Ash: "In fact, it was bowed Bass guitar — but it shows you the kind of things you can come up with just by using a little imagination."

Martin: "We always try to avoid the obvious. Like with drum machines. We've got a TR808, which so many people have used just with the 'straight out of the packet' sound. We always alter it, through effects, or by processing it through a Korg MS20."

The band are big fans of this machine, referring to it constantly throughout our conversation, and championing its open-endedness against even the best of the current crop of programmable polys. "They are all good" Martin continues, "at sounding like a certain range of real instruments — strings and so on — but they're too nice... they're the machines the Musician's Union should have been warning us against."

How do you go about writing a track?

Ashley: "The workhorses of the band are the TR808 and an MC202. I tend to write most of the sequences, and Martin most of the drum tracks, but everyone in the band is familiar with all the instruments and recording equipment, so it's not a rigid arrangement.

Then it's a matter of putting down a sync-code on tape — the 234 Syncassette,"

Ashely: "Better quality than the 144 we were using — but we've outgrown 4-track. All our releases are done on hired 8-track, with the 4-track being kept for backing tapes and demoing new material. As soon as we can afford it, we'll get our own 8-track."

"The big advantage of any multitrack for a band like us, though," says Martin, "Is that it lets each member put down ideas of their own, or work on other peoples, whenever they feel like it — we've never got together and 'jammed'."


Why did you go for the mixerless Syncassette, instead of, say, a 244?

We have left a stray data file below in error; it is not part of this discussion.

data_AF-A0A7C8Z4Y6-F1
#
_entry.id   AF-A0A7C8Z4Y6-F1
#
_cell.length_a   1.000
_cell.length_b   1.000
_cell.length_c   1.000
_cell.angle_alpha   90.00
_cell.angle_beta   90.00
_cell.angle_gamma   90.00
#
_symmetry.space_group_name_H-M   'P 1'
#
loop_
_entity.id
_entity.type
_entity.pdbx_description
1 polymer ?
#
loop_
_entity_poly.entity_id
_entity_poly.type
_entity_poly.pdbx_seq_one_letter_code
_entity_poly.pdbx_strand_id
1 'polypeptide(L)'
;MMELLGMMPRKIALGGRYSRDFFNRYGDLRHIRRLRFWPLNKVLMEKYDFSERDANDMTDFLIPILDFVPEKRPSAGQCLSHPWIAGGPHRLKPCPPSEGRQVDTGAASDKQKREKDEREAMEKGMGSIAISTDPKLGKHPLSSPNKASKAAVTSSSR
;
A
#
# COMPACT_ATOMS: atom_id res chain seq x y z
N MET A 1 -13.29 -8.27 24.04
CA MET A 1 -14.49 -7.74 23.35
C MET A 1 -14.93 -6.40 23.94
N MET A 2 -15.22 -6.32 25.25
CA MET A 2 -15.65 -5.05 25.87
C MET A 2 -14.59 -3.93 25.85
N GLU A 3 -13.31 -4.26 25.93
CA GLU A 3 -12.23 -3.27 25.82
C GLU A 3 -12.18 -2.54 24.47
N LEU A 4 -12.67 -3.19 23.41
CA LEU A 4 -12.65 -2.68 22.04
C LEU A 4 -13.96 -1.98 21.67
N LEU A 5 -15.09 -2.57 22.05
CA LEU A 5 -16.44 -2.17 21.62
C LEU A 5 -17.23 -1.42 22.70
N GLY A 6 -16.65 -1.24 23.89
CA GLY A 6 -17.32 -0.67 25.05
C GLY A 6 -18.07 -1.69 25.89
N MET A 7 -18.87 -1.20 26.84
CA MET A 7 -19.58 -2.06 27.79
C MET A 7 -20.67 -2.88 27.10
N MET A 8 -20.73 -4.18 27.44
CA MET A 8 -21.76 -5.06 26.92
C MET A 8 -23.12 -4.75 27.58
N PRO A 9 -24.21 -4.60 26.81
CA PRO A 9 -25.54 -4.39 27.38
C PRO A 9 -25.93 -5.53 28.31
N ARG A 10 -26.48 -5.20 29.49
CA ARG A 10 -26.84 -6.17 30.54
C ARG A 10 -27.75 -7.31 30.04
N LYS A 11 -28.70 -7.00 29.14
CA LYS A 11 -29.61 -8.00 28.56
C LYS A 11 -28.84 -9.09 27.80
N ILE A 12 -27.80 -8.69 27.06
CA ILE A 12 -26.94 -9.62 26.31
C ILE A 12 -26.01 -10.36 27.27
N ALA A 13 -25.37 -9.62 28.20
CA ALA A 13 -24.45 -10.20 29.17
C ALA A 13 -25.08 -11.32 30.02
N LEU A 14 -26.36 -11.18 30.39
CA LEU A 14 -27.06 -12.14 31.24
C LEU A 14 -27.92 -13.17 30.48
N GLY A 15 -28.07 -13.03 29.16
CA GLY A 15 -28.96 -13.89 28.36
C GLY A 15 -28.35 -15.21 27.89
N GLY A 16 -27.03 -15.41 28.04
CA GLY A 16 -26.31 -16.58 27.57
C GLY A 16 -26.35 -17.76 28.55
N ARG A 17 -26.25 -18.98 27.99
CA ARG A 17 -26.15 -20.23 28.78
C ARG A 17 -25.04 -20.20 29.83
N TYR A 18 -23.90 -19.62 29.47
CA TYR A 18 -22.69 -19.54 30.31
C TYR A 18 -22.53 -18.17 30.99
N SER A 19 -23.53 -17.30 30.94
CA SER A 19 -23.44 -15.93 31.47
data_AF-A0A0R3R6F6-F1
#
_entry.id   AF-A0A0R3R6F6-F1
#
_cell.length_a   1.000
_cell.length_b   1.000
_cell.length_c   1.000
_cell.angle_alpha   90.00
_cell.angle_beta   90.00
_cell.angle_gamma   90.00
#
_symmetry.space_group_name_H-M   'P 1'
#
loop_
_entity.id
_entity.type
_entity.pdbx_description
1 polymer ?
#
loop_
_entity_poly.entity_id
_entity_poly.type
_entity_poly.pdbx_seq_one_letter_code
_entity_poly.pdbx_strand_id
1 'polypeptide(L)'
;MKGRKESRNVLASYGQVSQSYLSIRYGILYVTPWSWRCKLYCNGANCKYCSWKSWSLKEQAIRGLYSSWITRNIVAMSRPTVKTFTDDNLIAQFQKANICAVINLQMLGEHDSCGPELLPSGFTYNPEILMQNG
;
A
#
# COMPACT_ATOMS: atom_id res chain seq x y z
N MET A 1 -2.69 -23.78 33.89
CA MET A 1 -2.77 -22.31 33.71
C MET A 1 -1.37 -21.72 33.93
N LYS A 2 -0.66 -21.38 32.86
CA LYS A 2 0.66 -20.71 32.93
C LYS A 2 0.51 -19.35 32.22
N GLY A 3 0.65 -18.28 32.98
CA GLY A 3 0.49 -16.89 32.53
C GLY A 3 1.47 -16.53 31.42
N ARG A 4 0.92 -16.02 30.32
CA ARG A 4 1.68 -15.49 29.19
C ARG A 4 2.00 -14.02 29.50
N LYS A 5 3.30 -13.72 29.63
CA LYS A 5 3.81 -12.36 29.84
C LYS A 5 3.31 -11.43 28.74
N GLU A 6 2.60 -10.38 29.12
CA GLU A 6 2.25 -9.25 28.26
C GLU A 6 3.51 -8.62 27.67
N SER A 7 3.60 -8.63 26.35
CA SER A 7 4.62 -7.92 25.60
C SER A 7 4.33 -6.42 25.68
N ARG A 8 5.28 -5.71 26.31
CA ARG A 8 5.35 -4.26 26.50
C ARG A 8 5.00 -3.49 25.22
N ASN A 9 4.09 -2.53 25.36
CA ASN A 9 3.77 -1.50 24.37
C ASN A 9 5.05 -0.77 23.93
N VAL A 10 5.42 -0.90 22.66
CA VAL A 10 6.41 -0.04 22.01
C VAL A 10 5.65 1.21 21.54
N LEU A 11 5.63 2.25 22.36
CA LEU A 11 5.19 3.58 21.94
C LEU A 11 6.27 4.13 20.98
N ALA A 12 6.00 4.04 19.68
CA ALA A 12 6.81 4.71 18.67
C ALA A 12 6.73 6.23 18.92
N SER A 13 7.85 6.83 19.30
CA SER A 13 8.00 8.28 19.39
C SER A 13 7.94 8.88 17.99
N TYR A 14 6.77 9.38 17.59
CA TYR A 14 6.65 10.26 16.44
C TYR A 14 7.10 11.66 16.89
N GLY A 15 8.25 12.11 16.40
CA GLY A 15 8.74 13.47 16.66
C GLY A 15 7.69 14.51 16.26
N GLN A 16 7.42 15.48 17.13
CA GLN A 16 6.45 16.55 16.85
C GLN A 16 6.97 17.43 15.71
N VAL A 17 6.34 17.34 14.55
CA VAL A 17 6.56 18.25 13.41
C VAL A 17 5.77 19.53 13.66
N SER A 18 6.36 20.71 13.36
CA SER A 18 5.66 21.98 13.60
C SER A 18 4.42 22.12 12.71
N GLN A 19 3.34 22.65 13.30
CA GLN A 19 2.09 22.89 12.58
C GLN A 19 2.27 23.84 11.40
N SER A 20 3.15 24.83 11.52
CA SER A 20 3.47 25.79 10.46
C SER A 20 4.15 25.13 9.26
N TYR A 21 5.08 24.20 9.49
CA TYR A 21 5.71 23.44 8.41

Ashley: "We tend to go in for creative mixing. Every time we do a gig, we remix the backing tape, for instance — so it was important for us to have a good mixer from the start. We got a Studiomaster 8 into 4, which has excellent dual parametric Eq — so it was pointless buying a Portastudio, and end up paying for a mixer we wouldn't use."

I understand that over the years, you've accumulated a weird and wonderful collection of instruments. What are your favourites?

Ashley "The MS 20, of course the Korg Mono/poly, its four oscillators make it a very powerful mono, and it does have that poly side, which isn't great, but can be useful..."

Martin adds: "We've just got access to another band's OSCar. We haven't really had a chance to use it yet, but the memories and sequencer look great. We've also just got a Boss DDL — the 'sampling' hold function is brilliant, the poor man's A.M.S. I don't know how we got by without it."

A brief look round their studio (a converted bedroom) revealed a Roland SH09 Organ/String machine, a Yamaha CS3 mono, a 'retired' (broken) Gnat, and a selection of mikes, effects, guitars, percussion and general junk. In one corner, there was even a functioning harmonium. All are likely to be called into service on a track, and monitored through an ageing but reliable Schneider hi-fi.

Tricks of the trade?

"Gated and compressed drum sounds — especially cymbals — we love the pumping effect you're not supposed to get. Gated vocals, to get a 'chopped up' effect... double tempo, half speed tracks, to thicken up the sound... good 'ol BBC Sound Effects records!"

Plans for the future? Martin gets the last word: "I dunno — I just hope that it's always something different."

With the attitude — and the gear they've got, I would have thought the chance of Attrition wearing themselves out are pretty slim.

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Two For the 7

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All Things Being Equal

Electronic Soundmaker & Computer Music - Copyright: Cover Publications Ltd, Northern & Shell Ltd.


Electronic Soundmaker - Mar 1985

Donated & scanned by: Mike Gorman





Interview by Martin Moody

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> Two For the 7

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> All Things Being Equal